I’m sharing this warming, absolutely scrumptious seasonal stew garnished with delicately crunchy kale chips today, as well as some tips on how to make your soups of stews this season taste restaurant-quality (not flat, mushy, mild or just plain boring).
How to Make Soups & Stews Taste Great (I’m talking *restaurant-quality*!)
Have a flavour base: Pick a cuisine/region/location and dive into its flavours. I’ve chosen Tunisian harissa paste and orange, which play nicely by teasing out the best in each other.
Use a few different cooking techniques: To add another dimension to your soups and stews, why not try roasting the vegetables before you put them in? Or how about sautéing them over a slightly higher heat for a touch of char? These small steps add a world of character to the finished dish.
Play with texture: Soups and stews, even pureed ones need a contrasting texture. In this recipe, soft chickpeas, squash and onions are lifted by a crunchy kale chip garnish.
Let it mellow: Soups and stews, like chili and braises, all taste better the second day. The flavours have a chance to do a little howdy-do, shaking hands and whatnot. Think of this step as a built-in excuse to make meals ahead of time. The next day, all that’s left to do is reheat your masterpiece.
Add some acidity: I cannot emphasis this enough. If you’re working with stewed vegetables, beans, meats, etc., they need acid to keep the dish from becoming flat. Beans especially need a hit of acid to reach their full potential. In this stew recipe, before you reach for the salt, adjust the seasoning in this stew with a squeeze of lemon or additional orange juice.
Add some sweetness: Squash is mild and delicate, onions are earthy, garlic is pungent and kale is vegetal. Everything needs a helping hand to become extra tasty from a touch of sugar. In this recipe, I’ve used orange juice (which also doubled as a member of the acidity squad mentioned above), but adding up to 1 tbsp of liquid sweetener such as maple syrup or honey would work a treat. A little bit goes a long way. Soups and stews should never taste as sweet as a cookie; you’re going for balance, not dessert.
What I love about keeping recipes like this in my refrigerator this time of year is that they make an easy, fresh, substantial, healthy lunch. It packs like a dream if you work outside of the home and can be reheated in the microwave or taken in a thermal container. I work from home, so I just pop it in a saucepan on the stove (or in the microwave on particularly busy days), reheat, transfer to a bowl and enjoy.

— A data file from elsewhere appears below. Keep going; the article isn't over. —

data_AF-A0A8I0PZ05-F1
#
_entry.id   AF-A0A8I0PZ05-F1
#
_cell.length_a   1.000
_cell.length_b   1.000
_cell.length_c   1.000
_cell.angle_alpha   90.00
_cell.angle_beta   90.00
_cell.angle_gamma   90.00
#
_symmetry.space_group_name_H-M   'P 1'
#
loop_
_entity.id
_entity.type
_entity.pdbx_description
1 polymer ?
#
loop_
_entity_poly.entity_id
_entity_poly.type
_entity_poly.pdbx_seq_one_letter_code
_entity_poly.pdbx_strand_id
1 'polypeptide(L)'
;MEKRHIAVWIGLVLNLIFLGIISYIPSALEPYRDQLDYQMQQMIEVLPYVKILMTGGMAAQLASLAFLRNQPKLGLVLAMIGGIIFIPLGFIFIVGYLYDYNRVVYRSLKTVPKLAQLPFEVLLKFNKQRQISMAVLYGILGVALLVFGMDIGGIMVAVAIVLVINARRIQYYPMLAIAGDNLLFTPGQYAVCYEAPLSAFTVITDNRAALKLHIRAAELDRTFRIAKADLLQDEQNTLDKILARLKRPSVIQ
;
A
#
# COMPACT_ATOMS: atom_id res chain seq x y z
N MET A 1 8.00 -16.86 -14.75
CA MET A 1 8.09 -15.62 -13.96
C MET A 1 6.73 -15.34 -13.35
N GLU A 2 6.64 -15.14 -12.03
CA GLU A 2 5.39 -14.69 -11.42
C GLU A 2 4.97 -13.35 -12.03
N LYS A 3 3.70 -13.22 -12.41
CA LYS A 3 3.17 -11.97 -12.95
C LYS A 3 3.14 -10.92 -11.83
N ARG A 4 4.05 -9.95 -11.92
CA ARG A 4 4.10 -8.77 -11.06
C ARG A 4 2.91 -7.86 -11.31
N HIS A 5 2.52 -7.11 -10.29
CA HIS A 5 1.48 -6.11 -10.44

The kale chips will stay crispy for a few days left on the counter in an uncovered bowl. However, the happy accident that was stirring the chips into the stew after the photoshoot added a fabulous richness just cooking the raw kale in the stew (without baking into a chip) wouldn’t add. Turn into a chip, then soften in the stew. Dare to dream and go that extra mile with this step!
It’s about time we thought of soups and stews as more than tame and mild, and this harissa veggie number happily shakes up the game. Sit back, cuddle up with a bowl and let the season of all things braised begin.
My homemade harissa paste recipe from Whole Bowls can be found here.
- 2 tablespoons extra-virgin olive oil
- 3 tablespoons harissa paste (my easy recipe is from Whole Bowls; found online here)
- 1 (2–3 pound) creamy-fleshed pumpkin such as kabocha or red kuri or buttercup (NOT butternut, which is too stringy for this recipe), seeded, peeled, and cut into 1⁄2-inch cubes
- 1 onion, diced
- 2 cloves garlic, minced
- 2 cups cooked chickpeas (from 1 (19 oz.) can)
- 2 to 3 cups water
- ½ cup orange juice
- Salt, to taste
- ½ bunch (4 cups) curly kale, de-stemmed and torn
- 1 teaspoon extra-virgin olive oil
- Salt, to taste
- Preheat oven to 425ºF.
- In a large pot, heat oil and harissa over medium heat. Once fragrant, add squash, onion and garlic; sauté for 8 minutes. Add chickpeas, 2 cups water, orange juice and season with salt. Bring to a boil, reduce to a simmer, cover and cook, stirring once or twice, for 15 minutes, until squash is tender. Add additional water if a thinner consistency is desired. Adjust seasoning.
- Meanwhile, on a large rimmed baking sheet or two medium baking sheet, massage kale with oil and salt. Spread into a single layer (they need room – no layering – or they won't crisp). Roast for 5 minutes, toss, roast for 5 more minutes, toss, and roast for an additional 5 to 10 minutes, or until all chips are fully crisped. Turn off oven and leave oven door ajar with kale chips up to 15 minutes (optional; this ensures they're very dry if making ahead).
- To serve, ladle stew into bowls and garnish with a mound of kale chips. Enjoy immediately.